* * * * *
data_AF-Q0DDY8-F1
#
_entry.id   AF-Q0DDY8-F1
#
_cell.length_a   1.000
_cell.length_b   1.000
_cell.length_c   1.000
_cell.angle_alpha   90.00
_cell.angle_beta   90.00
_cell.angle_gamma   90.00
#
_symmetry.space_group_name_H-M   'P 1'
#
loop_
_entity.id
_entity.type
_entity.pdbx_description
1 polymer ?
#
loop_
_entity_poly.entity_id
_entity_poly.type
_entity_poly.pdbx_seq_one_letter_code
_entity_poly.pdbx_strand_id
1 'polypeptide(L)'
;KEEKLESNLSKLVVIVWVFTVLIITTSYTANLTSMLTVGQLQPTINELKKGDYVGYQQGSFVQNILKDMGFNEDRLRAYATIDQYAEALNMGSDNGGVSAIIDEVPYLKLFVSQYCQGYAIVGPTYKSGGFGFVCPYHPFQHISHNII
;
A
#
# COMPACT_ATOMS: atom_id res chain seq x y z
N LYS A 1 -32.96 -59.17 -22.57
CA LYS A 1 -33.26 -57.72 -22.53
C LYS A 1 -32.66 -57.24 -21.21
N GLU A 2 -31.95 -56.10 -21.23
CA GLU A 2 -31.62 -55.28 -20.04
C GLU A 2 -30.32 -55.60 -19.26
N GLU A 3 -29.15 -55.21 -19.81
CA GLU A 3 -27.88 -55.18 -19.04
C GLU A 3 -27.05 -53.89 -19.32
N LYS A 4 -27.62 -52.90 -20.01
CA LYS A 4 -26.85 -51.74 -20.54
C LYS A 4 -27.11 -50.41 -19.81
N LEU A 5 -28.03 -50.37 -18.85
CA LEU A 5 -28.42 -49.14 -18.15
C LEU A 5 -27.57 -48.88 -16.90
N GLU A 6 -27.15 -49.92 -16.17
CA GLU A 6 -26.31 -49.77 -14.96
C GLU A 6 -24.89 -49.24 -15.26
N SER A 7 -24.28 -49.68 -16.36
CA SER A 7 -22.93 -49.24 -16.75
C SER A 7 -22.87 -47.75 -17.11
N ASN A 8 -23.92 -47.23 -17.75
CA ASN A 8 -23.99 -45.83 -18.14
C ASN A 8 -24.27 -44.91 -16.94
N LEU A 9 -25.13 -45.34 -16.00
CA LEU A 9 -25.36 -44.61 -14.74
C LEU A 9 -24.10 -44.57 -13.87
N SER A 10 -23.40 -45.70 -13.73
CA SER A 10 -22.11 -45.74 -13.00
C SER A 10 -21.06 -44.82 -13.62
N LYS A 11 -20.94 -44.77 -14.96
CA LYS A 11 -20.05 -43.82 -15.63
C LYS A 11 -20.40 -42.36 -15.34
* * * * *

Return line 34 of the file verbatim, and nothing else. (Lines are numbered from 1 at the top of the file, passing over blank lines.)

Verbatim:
N GLU A 2 -31.95 -56.10 -21.23